Consumer pays for hospital’s mismanagement

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The main entrance to Kalispell Regional Medical Center. (Matt Baldwin/Daily Inter Lake)

I still am having difficulty resolving the issues surrounding Kalispell Regional Healthcare so amply illuminated this past year. The signs of mismanagement were clearly evident for many years as I observed during my time on the board (with nearly 7,000 health-care members) of the Flathead Business and Industry Association — overbuilding, poor business decisions and, in my opinion, Velinda Stevens’ quest to build an empire without regard to cost, to name a few.

Although the FBIA brought up a variety of issues, they were ignored because of the power, money and influence of KRH throughout the community. This travesty culminated in a fine of $25 million, which ultimately only punishes us, the consumer and no one else. This debacle shows the need of two things: a strong business organization which can stand up to monopolies like KRH and a new type of governing body to replace a complicit Board of Directors.

The FBIA was an organization of businesses which was involved in helping shape our community and guide our political entities in Flathead County in positive directions. Unfortunately due to lack of leadership, it was allowed to slip into inactivity and finally disappeared under the presidency of Rich Dejana. It should be resurrected.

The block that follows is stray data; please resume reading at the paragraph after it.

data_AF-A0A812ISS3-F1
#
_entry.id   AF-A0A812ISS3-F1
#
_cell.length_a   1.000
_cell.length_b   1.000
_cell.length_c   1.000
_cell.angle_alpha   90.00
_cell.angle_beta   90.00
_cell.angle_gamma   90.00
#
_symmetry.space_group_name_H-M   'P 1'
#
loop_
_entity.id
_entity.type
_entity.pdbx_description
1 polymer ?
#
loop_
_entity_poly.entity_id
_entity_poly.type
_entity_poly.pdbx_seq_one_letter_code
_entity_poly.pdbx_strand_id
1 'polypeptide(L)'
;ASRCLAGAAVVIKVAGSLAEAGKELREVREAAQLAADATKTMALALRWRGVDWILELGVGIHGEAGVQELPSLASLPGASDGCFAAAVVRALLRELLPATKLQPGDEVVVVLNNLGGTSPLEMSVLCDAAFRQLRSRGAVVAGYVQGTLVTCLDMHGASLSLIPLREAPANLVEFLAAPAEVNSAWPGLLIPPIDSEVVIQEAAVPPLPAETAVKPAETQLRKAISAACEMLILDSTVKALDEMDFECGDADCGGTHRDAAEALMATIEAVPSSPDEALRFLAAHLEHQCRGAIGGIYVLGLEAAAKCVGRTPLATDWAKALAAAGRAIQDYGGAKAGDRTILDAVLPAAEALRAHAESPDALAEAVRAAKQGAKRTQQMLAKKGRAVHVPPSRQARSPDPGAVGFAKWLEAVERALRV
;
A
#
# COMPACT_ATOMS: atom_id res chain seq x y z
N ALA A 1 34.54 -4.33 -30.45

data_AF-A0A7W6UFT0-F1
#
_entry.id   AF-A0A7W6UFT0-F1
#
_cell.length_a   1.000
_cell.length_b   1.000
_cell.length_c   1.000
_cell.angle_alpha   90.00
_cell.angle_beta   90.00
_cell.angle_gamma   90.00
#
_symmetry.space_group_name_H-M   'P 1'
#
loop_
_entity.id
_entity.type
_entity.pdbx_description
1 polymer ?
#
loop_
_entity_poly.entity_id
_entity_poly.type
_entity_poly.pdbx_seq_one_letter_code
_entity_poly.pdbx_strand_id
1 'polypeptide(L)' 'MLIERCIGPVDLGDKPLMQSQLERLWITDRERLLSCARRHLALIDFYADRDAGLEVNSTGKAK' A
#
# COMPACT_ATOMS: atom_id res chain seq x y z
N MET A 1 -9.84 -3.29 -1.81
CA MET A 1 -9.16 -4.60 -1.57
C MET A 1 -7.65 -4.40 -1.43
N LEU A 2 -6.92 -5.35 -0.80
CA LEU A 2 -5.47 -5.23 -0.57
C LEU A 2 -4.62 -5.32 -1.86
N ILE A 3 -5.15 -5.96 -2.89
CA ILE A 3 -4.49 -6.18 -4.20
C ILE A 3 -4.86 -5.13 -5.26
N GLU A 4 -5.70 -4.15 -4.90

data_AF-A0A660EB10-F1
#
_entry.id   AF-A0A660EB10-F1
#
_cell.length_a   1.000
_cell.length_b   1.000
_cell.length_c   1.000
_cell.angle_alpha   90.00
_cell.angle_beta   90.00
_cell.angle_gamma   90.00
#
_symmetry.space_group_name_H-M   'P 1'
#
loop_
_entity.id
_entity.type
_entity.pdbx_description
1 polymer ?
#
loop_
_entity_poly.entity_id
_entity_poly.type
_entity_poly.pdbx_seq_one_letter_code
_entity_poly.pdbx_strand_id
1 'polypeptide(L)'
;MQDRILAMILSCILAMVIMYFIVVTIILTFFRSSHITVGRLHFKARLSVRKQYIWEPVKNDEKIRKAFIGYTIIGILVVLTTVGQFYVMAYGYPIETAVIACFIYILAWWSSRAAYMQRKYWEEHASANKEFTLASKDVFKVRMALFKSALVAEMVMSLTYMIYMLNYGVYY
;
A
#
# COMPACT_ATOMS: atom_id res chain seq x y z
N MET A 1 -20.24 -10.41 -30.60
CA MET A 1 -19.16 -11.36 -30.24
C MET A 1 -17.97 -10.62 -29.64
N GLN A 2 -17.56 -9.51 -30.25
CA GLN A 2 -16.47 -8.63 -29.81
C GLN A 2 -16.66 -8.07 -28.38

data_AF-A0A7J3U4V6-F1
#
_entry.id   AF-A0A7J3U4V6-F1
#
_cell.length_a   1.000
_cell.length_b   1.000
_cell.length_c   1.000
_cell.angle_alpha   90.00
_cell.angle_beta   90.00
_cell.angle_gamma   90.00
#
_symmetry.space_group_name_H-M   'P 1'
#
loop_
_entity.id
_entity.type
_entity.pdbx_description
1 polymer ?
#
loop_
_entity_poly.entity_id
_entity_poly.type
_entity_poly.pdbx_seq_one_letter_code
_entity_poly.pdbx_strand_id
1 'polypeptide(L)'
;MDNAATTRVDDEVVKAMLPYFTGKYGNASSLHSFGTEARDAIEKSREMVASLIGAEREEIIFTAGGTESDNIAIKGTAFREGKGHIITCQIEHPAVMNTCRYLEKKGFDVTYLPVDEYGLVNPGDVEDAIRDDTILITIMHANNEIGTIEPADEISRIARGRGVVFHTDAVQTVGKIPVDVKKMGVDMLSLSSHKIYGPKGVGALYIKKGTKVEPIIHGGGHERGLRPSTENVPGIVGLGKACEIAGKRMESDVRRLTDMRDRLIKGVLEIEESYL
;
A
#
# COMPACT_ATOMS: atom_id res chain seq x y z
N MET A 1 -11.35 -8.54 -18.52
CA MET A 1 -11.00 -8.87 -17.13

The underhanded and bully tactics of Stevens were not unnoticed by the FBIA which tried a number of times to corral her into discussions of meaningful alternative ways of approaching health care in Northwest Montana. We prophetically questioned her buyout of the Flathead outpatient surgery center. As well we opposed her quest to eliminate any private non-affiliated doctor’s offices, surgical centers or other medical facilities not under her control. After a detailed investigation we also opposed her quest to establish a full heart center in Kalispell as studies showed there was not enough clientele to justify it without compromising all emergency heart care in Northwest Montana.

The FBIA’s main concern was cost — not to the hospital but to the ultimate payer, the average citizen in and around the Flathead Valley. But the ever-increasing premiums being paid by the consumer were not on her radar nor that of its board of directors. It was all about growth and being the ultimate health-care monopoly in Northwest Montana. To that end, she spread huge amounts of money all around the valley. Banks made money as did contractors, building supply companies, her doctors and anyone else connected to the hospital and on the right side of its CEO.

Left out of the equation was (and still is to a great extent), the average consumer.